Here, I would like to mention what an Israeli friend of mine once told me in the mid-eighties. He said, he couldn’t understand why our country, which is endowed with a variety of natural resources, large areas of very fertile soil and many large fresh water lakes, rivers and streams crisscrossing the length and breath of the country became the Least Developed Country (LDC). He went on to say that as for their country it is in the desert without any place free of sand, which made cultivation almost impossible. Yet, he said, they had managed to grow and produce vegetables in the sand using the minimal amount of water as the fresh water is very scarce there.
Since then, I contemplated quite often on what he had told me and had wondered when our authorities would come up with some viable plans to make our country prosperous again. The top most item in my wish list of things I would like the authorities to address is the water shortage problem, especially in the dry zone. As I used to be from those regions, I knew full well the plights of the locals where availability of clean water is concerned. It’s common knowledge that clean water is essential for the health and survival of humans and animals alike. So, easy access to clean drinking water is of utmost necessity.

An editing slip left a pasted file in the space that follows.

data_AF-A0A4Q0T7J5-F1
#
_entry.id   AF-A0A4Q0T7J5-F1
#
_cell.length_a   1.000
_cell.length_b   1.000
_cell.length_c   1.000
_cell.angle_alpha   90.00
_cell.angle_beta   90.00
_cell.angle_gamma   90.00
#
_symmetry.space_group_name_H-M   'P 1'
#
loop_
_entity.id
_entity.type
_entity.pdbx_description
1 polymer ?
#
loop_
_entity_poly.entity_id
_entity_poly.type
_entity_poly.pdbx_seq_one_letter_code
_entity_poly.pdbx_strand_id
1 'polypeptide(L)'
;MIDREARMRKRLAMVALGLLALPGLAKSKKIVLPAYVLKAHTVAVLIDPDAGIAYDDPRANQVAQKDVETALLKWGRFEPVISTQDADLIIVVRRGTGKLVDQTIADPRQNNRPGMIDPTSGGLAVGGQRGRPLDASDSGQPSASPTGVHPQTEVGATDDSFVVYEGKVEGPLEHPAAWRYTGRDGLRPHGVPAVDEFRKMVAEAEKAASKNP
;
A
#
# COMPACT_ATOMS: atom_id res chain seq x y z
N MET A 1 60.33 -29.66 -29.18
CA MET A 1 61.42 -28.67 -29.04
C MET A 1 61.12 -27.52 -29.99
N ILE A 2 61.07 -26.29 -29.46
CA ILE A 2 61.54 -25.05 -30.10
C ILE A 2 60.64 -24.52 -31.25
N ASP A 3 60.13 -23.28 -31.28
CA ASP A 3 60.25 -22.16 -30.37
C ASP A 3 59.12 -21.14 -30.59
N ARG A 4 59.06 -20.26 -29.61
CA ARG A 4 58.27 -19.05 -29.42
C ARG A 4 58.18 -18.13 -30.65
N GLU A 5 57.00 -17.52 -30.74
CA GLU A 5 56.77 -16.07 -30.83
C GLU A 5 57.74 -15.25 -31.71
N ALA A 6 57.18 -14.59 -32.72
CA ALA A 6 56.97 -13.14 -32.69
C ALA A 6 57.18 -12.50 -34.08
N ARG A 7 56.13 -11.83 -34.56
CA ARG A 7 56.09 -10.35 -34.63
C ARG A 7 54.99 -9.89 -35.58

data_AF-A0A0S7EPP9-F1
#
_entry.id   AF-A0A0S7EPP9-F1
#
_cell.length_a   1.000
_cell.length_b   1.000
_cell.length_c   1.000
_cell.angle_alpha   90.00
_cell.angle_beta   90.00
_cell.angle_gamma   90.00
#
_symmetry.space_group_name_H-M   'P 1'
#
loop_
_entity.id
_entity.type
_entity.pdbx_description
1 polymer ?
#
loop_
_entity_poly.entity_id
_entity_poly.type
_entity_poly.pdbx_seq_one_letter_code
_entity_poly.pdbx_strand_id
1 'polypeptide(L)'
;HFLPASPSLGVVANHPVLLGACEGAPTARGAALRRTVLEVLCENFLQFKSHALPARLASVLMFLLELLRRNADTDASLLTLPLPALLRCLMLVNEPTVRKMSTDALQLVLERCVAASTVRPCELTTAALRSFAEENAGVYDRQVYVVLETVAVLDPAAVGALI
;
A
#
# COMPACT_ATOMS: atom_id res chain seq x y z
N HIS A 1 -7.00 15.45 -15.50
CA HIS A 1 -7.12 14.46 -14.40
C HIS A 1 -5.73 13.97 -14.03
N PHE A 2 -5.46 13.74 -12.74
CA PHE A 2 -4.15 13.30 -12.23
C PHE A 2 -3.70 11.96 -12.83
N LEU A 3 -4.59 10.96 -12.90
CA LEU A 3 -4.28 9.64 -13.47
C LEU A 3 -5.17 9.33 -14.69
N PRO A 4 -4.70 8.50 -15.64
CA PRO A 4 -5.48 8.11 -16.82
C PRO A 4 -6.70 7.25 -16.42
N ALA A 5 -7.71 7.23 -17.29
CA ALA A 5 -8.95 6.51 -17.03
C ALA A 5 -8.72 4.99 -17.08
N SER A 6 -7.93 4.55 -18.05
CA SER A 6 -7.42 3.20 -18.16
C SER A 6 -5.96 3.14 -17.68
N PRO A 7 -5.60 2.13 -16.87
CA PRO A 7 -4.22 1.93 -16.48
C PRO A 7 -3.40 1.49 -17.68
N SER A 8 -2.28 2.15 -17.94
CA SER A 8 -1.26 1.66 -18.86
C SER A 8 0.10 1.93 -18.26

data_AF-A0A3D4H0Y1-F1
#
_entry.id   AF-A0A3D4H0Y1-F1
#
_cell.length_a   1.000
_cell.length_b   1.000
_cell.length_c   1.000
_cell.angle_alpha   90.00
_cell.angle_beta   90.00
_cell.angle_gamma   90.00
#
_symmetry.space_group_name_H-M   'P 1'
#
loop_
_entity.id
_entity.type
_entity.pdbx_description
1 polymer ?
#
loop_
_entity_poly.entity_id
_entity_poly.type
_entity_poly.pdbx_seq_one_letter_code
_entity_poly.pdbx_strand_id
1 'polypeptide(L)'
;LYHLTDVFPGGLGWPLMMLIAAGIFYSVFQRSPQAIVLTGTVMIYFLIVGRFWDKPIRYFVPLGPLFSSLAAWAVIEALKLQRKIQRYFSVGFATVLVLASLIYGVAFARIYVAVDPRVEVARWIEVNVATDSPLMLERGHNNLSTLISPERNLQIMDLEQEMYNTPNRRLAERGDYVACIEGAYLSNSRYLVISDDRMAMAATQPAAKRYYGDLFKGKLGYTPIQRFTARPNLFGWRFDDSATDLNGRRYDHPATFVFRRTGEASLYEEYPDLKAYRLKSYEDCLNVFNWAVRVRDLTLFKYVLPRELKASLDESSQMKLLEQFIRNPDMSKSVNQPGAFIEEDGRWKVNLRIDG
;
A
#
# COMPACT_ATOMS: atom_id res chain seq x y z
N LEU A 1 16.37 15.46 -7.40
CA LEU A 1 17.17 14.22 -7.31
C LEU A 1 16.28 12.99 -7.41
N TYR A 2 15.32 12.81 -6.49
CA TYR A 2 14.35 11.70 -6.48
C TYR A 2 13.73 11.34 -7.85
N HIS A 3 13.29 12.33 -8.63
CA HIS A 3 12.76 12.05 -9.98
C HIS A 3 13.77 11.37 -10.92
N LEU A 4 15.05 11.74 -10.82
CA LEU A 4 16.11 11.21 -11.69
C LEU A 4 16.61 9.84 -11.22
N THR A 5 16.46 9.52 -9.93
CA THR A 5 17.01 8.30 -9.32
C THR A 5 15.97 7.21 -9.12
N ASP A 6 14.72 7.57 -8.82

During the dry spells, even those living in a large city like Yangon, let aside those in the rural areas, would be faced with water shortages. People pushing water carts or carrying buckets of water could be seen even in the downtown areas and crowded residential areas in the Yangon municipality area. As for those in the suburban and rural areas, their woes are unthinkable.
These water shortages had been going on for decades and no significant improvements are seen. It would be needless to say that water is essential for human and animal consumptions and for agricultural purposes. Thus it’s high time that priority should be given to overcome the water shortages urgently to alleviate the woes of the people. Also new cultivation methods for certain cash crops using minimal amount of water should be researched and introduced in places where fresh water is scarce. I’m sure this last piece of suggestion would enhance the productivity and increase the incomes of the rural populations and at the same time save water, which would certainly benefit both the people and the country.